- Symphony No. 3, Op 33
- Fantasy Variations on a Theme of Youth for piano & orchestra, Op 40
- Symphony No. 6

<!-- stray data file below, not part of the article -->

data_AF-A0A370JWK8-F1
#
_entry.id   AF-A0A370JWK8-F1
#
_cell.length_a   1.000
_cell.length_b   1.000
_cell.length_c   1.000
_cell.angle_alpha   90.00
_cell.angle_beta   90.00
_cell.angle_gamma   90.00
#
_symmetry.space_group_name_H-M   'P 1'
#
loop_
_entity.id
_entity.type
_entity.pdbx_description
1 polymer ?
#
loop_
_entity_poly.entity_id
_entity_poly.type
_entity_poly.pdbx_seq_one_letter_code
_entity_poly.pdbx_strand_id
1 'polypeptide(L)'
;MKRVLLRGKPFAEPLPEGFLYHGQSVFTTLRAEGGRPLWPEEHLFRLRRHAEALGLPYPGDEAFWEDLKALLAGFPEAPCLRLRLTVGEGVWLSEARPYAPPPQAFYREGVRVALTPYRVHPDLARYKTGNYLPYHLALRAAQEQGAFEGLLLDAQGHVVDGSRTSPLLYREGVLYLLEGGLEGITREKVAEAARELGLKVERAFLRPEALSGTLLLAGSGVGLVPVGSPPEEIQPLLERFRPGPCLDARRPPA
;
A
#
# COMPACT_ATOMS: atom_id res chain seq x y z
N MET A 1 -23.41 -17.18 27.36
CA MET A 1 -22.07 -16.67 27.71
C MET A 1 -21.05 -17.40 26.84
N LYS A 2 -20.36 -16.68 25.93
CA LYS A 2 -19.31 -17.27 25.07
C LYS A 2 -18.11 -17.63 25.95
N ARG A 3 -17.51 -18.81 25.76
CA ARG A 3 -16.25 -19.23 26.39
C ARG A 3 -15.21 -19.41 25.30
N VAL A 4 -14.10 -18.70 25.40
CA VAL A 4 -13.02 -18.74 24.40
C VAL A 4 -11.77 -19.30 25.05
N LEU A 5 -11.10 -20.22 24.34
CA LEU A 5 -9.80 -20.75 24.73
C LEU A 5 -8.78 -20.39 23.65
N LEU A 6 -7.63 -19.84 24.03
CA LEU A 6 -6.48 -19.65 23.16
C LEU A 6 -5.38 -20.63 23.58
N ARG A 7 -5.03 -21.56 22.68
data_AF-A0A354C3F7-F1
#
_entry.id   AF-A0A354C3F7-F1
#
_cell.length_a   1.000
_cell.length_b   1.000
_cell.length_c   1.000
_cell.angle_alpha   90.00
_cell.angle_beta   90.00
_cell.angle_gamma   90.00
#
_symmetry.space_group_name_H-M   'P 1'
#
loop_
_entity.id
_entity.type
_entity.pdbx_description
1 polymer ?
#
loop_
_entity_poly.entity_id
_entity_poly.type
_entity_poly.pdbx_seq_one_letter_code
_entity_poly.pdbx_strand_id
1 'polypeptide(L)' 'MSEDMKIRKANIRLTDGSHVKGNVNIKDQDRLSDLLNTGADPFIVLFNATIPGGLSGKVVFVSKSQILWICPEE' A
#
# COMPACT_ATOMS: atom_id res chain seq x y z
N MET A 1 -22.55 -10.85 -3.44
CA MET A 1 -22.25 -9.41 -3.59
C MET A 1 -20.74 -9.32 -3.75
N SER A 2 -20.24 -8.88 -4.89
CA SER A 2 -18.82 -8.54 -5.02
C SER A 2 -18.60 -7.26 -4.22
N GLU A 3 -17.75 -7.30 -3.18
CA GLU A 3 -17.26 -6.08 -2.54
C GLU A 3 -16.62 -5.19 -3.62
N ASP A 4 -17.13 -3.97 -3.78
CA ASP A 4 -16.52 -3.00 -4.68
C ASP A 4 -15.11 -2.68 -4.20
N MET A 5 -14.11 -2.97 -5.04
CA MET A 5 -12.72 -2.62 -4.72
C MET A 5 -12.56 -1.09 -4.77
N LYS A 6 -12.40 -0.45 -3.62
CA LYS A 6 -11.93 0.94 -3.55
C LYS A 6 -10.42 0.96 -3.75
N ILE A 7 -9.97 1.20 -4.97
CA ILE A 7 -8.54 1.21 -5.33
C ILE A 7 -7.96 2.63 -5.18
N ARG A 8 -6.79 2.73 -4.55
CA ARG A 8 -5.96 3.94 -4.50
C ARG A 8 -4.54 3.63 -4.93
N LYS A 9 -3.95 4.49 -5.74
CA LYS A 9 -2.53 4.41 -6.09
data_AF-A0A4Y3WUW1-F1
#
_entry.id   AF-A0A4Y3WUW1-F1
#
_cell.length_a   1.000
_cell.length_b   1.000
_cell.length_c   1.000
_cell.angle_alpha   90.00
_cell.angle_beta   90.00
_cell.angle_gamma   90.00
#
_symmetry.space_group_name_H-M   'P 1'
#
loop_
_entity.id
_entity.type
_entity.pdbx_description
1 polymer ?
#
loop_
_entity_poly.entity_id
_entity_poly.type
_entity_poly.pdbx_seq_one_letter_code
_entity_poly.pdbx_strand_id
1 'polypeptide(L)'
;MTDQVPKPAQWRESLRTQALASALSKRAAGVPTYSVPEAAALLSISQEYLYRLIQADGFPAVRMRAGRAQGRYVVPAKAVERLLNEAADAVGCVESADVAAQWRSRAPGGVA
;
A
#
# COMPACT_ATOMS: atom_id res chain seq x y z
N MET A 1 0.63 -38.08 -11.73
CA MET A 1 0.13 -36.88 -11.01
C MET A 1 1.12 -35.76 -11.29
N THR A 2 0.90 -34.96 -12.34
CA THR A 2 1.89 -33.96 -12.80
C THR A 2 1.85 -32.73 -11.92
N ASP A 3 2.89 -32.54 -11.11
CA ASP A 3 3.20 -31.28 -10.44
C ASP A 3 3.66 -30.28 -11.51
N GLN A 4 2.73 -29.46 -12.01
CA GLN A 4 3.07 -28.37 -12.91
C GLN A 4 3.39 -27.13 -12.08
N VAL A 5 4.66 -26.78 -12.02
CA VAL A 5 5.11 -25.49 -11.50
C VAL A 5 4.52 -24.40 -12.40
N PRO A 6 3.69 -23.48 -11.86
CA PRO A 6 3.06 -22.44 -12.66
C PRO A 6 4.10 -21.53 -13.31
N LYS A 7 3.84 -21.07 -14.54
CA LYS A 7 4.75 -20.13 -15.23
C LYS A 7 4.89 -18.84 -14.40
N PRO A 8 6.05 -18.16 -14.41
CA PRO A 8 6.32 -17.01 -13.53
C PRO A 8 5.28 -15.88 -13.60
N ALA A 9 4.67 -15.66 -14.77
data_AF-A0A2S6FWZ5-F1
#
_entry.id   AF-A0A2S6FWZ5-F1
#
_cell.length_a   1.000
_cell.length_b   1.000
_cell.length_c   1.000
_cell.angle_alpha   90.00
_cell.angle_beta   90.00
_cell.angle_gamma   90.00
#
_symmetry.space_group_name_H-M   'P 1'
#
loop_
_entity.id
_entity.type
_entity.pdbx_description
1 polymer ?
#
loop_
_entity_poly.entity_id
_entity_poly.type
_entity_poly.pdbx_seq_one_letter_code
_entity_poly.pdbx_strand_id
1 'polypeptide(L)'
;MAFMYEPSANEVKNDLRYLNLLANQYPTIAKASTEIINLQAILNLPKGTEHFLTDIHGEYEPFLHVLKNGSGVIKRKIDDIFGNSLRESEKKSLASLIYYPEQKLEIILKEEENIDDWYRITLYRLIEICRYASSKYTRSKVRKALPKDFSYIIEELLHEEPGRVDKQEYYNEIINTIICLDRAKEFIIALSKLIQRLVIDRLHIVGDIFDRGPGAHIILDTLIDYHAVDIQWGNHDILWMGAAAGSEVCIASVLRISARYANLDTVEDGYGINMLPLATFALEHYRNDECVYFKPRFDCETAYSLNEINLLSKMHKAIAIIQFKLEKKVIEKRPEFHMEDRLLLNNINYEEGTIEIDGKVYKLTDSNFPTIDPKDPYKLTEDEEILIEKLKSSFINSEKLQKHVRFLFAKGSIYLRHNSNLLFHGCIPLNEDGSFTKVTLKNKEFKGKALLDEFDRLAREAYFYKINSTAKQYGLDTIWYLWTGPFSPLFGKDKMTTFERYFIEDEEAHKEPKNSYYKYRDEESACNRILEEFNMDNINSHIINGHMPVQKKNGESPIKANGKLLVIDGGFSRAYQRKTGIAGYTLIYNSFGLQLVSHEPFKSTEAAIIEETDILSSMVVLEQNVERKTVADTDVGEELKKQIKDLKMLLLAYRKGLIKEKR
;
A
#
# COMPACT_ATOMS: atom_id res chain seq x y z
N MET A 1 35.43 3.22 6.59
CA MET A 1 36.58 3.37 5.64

Just when you think you're about to be profoundly moved, Howard Hanson will resolve to some all-too-expected tonic and sing some all-too-swelling melody set to some all-too-heart-rending harmonies cloaked in some all-too-voluptuous orchestration. And then what happens? You feel cheap and cheated, as if, once again, you've been had by Hanson's all-too-facile Romanticism. Although Hanson isn't at his worst -- some would say his most characteristic -- in his "Symphony No. 3" -- after all, there is his "Symphony No. 2" -- he's still pretty bad. The clichéd gestures, the banal melodies, the gaudy orchestration, the gimmicky structures: they're all there and if the result is like a lesser -- a much, much lesser -- Sibelius at his most bathetic and pathetic, well, this is Hanson. At least in this 1990 recording by Gerard Schwarz and the Seattle Symphony, Hanson's "Third" is played with as much conviction and compassion as it is possible to imagine. As much as one could be convinced by the work's pompous trivialities, one is convinced here. And thankfully, Hanson's "Third" is coupled with his far more convincing "Symphony No. 6," a relatively tight and taut work played with just as much fervor by Schwarz and the Seattle. And if the result is still not great Sibelius, it is at least good imitation Sibelius. Delos' digital sound is nearly as good as the best stereo recordings.